Between the Hollywood movies, the plantations of the big five sugar companies, and resorts like the Coco Palms Hotel, Hawaii has a complex and wild history. When combined with exploding real estate prices, the state is a textbook example of exploitation by big businesses, supported by their partners in the United States federal government. Through the narration of Anthony Banua-Simon, we explore many of these issues by centrally focusing on the island of Kauai in his documentary Cane Fire. Utilizing a combination of found footage from the many films shot on Kauai over the decades and interviews with his cousins and other native Hawaiians, the co-writer/director weaves a fascinating story riddled with the complexities of business and land grabbing.
That the U.S. federal government has reserved quite a tremendous amount of land all across this great nation is incontestable. That the big five sugar companies arranged for the U.S. to invade and conquer Hawaii on their behalf is jaw-dropping. At its height, Kauai was riddled with sugar and pineapple plantations. When Hollywood productions came to the Island, the workers on the plantation would double as extras in films.
One of the most fascinating vignettes is the state of affairs surrounding the Coco Palms Hotel. A fancy resort built over sacred Hawaiian temples and funeral grounds, the property had been abandoned after a hurricane ravaged it 20 years ago. Eighteen years later, Hawaiian natives attempted to grab the land of this long-abandoned property to reclaim it to restore a small amount of former Hawaiian culture. This effort might’ve worked had property developer Tyler Green not decided to restore the Coco Palms Hotel to its former glory.
“…the big five sugar companies arranged for the U.S. to invade and conquer Hawaii on their behalf…”
All throughout Cane Fire, Banua-Simon searches for a lost film whose climax is an angry plantation worker starting an out-of-control sugarcane fire, ergo the title. While I will leave you to discover if he successfully locates a copy of that film or not, what he sees in documenting the fights between the corporations and the native Hawaiians is quite engrossing. It’s also fairly incendiary.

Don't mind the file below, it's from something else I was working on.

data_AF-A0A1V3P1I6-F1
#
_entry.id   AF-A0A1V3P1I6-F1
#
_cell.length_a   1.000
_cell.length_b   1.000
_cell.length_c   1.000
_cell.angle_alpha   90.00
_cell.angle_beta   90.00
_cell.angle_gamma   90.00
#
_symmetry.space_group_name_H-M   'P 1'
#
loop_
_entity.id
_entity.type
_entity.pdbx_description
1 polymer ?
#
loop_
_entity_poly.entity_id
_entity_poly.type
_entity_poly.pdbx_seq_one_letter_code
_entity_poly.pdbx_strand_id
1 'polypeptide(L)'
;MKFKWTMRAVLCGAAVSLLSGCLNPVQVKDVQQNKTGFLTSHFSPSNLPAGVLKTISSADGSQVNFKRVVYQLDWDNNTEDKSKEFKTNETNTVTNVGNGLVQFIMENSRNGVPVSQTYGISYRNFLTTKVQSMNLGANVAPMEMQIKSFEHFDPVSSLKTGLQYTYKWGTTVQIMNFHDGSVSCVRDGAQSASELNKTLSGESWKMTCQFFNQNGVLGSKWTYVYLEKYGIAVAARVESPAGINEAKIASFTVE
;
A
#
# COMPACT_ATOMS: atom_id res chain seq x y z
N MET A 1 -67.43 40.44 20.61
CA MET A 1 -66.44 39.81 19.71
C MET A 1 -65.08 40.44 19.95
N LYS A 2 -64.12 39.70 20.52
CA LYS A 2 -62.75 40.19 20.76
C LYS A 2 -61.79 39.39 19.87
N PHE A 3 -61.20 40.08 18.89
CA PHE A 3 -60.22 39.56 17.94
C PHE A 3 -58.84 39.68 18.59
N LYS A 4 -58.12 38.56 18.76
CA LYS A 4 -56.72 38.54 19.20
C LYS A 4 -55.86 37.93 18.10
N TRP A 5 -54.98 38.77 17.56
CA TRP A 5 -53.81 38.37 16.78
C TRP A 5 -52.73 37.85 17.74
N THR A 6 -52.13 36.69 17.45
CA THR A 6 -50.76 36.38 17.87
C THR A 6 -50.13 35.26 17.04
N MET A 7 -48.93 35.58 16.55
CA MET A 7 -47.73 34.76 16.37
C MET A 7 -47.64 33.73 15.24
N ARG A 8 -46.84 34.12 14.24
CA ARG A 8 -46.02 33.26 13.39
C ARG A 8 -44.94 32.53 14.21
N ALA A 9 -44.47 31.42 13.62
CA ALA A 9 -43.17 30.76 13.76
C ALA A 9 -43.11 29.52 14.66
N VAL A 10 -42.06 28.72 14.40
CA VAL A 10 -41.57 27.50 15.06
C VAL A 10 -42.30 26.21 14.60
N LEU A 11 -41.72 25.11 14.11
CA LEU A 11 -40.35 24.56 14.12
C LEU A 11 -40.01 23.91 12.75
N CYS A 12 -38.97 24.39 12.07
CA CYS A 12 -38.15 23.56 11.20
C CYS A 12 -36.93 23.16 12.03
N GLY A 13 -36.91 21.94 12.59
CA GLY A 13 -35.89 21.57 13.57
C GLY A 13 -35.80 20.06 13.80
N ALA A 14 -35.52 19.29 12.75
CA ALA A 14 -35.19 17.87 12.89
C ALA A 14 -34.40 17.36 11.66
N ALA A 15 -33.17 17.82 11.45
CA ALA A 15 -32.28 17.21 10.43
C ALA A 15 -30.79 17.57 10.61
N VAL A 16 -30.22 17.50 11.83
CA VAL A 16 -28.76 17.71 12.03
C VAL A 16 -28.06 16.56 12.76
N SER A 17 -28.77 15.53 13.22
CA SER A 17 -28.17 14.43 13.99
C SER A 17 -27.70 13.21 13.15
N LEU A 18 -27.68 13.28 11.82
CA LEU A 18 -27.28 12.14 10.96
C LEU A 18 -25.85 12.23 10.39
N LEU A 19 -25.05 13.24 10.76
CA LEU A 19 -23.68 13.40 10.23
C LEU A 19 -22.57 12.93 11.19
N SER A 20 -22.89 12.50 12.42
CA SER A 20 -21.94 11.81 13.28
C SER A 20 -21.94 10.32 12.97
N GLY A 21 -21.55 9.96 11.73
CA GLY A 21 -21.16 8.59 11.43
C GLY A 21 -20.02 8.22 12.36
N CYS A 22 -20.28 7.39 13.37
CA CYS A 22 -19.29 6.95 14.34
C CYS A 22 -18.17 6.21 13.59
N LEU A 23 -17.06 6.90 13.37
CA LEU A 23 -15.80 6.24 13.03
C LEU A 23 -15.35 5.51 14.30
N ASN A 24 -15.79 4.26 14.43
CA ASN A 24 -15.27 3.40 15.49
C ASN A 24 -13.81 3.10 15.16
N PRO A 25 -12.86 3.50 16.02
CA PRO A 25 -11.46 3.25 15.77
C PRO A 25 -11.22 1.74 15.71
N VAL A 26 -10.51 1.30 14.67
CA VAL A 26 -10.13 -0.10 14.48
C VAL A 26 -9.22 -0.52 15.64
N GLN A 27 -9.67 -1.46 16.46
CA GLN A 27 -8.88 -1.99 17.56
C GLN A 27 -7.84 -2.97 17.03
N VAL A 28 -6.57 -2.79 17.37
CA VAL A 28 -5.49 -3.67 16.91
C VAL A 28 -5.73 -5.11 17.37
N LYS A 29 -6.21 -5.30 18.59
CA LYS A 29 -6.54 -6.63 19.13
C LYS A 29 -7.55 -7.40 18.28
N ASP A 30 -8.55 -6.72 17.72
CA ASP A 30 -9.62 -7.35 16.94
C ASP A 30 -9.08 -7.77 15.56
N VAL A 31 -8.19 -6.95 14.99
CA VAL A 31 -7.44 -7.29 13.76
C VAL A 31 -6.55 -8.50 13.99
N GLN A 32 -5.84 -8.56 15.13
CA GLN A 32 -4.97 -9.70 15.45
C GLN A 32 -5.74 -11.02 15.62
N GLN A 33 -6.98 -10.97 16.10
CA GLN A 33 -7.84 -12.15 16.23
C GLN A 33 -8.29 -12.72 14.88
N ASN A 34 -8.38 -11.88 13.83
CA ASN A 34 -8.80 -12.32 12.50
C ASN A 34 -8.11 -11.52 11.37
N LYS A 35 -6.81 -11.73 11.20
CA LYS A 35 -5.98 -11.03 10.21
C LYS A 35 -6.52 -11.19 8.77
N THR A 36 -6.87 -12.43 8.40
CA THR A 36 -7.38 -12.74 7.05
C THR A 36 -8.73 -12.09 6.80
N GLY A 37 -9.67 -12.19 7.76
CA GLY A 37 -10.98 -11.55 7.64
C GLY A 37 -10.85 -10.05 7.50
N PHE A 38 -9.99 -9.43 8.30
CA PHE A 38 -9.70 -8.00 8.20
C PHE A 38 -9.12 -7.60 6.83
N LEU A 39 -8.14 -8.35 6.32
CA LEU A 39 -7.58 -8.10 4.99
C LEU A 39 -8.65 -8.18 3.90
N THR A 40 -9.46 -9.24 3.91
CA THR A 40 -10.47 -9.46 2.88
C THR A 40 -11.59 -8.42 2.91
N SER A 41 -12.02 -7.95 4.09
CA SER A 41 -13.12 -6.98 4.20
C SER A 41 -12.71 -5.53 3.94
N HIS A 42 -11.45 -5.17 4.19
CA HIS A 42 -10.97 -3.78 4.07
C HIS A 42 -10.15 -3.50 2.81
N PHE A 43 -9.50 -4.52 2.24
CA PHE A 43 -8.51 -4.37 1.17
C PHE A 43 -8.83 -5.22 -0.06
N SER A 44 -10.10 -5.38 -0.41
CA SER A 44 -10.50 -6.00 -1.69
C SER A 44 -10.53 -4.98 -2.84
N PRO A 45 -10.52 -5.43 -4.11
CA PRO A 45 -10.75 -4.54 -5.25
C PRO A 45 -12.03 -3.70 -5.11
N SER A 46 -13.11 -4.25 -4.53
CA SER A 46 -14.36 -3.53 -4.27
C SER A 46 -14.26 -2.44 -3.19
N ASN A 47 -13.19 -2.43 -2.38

In the 1950s and 60s, life began to improve on Kauai with the coming of the union, the ILWU. However, once the sugarcane and pineapple plantations left, the union’s power waned significantly. Now, if a native Hawaiian tries to camp out on the beach, they run the risk of U.S. marshals running them off.
Cane Fire, in its historical rigor, documents how a small group of rich land barons still own the greater majority of land on Kauai. Despite the efforts of native Hawaiian activists, this status quo remains unchanged. As discussed by numerous native Hawaiians, none of them actually know the legends, history, or even the original Hawaiian language. While the Hawaiians still struggle to survive on their islands, Kauai stands out as the island most heavily exploited by big business.
Cane Fire is a fascinating documentary, and I would recommend it to any American to watch. We should see what is wrought by claiming an archipelago from the people who actually owned it.